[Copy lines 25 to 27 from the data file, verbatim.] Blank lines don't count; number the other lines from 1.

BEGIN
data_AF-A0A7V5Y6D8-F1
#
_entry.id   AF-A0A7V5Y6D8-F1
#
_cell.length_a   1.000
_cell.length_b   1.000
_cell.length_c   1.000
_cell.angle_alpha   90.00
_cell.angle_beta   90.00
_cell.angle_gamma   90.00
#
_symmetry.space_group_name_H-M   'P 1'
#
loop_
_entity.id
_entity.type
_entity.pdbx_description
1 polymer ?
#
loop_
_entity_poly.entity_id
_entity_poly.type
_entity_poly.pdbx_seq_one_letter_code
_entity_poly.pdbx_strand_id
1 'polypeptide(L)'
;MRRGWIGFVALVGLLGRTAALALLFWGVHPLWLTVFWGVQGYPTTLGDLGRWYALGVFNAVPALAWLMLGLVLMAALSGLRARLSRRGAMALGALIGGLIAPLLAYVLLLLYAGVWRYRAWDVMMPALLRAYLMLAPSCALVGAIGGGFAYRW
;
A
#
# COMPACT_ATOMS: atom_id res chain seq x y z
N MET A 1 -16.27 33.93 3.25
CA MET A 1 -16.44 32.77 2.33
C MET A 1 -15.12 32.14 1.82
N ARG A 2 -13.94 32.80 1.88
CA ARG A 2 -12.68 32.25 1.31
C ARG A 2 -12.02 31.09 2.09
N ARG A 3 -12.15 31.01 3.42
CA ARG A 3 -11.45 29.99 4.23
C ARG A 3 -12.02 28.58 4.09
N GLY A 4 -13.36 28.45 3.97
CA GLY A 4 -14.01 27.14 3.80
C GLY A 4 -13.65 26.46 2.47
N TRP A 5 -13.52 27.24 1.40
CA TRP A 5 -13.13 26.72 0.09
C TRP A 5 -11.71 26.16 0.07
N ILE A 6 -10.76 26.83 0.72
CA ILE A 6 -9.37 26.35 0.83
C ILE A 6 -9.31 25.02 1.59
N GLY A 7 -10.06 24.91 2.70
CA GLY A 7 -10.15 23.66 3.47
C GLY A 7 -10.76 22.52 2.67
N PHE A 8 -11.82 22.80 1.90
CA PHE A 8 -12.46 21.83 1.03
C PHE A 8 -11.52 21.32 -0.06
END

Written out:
1 'polypeptide(L)'
;MRRGWIGFVALVGLLGRTAALALLFWGVHPLWLTVFWGVQGYPTTLGDLGRWYALGVFNAVPALAWLMLGLVLMAALSGLRARLSRRGAMALGALIGGLIAPLLAYVLLLLYAGVWRYRAWDVMMPALLRAYLMLAPSCALVGAIGGGFAYRW
;